If we go along, wishing to be like or have what we think everyone else has, how would we ever discover what fills us up, what brings us joy, and what we can bring to the world to make it a better place?


So to bring it back around, it’s not that I didn’t want my kids with me last weekend, they were missed and I would choose them any day of the week. What matters is knowing that the difference I was most afraid of, not having them with me all of the time, has come to pass, and I’m alright.  Knowing that, I can apply those feelings to other things that scare me on this crazy journey and be confident that as long as I fight to keep my optimist’s lens, my way forward presents itself. As my dad told me just this week, the kids will be ok if you are.  There is a lot of change, angst, and unknown coming down the pipeline, it’s a hallmark of parenting teenagers no matter what your circumstance, and I’m poised and ready to handle it with my sleeves rolled up and some rose colored glasses…because one doesn’t work without the other. 

Calm in the Chaos

Find calm in the chaos…these words go through my head multiple times per day. Text messages, emails, calls, voicemails, to do lists, goals, kids, social media, ideas, writing, so often it feels like it is all hitting at once and that everyone and everything needs an answer in 10 minutes or less.  But, that expectation is a state of mind.  Calm is learning to reframe, take things in on our own timing, not as the world gives them to us.  We all used to have to wait a lot longer before the age of Amazon Prime same day delivery and insta everything…and we were ok. Sometimes I think that everything that is being done to speed up our process in the name of efficiency and time management is chipping away at our calm. Even ATM’s have order ahead service now!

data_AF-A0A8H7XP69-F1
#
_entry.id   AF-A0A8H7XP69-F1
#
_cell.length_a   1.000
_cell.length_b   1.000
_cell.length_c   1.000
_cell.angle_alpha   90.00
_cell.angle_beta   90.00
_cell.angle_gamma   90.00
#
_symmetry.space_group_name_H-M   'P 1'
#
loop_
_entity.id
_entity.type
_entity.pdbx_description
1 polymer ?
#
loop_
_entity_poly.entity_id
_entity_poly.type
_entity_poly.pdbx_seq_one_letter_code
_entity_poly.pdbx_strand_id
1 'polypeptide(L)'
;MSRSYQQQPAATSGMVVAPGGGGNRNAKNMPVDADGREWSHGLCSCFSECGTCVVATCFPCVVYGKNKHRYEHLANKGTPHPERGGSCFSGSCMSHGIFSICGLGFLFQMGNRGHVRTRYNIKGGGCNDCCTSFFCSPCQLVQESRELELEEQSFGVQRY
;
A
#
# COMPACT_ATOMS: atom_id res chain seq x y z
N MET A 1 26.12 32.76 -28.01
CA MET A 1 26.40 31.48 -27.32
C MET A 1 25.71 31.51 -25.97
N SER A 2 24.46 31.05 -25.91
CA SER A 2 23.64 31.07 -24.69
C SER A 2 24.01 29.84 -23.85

If you have read any part of my blog before, you know that yoga has been a major game changer in my life.  I like to think that sports toughened me up which, quite honestly, was necessary, but yoga taught me how to slow down and enjoy my life. As I unitask my way through my days (if you are wondering, unitask is the opposite of multitask) I encounter someone almost every day who, through some shared experience that we have, comments on my state of calm.  Whether it’s finding out I have four kids, or having to wait a little extra time for an appointment, when we talk and exchange stories, they say

“But you’re so calm.”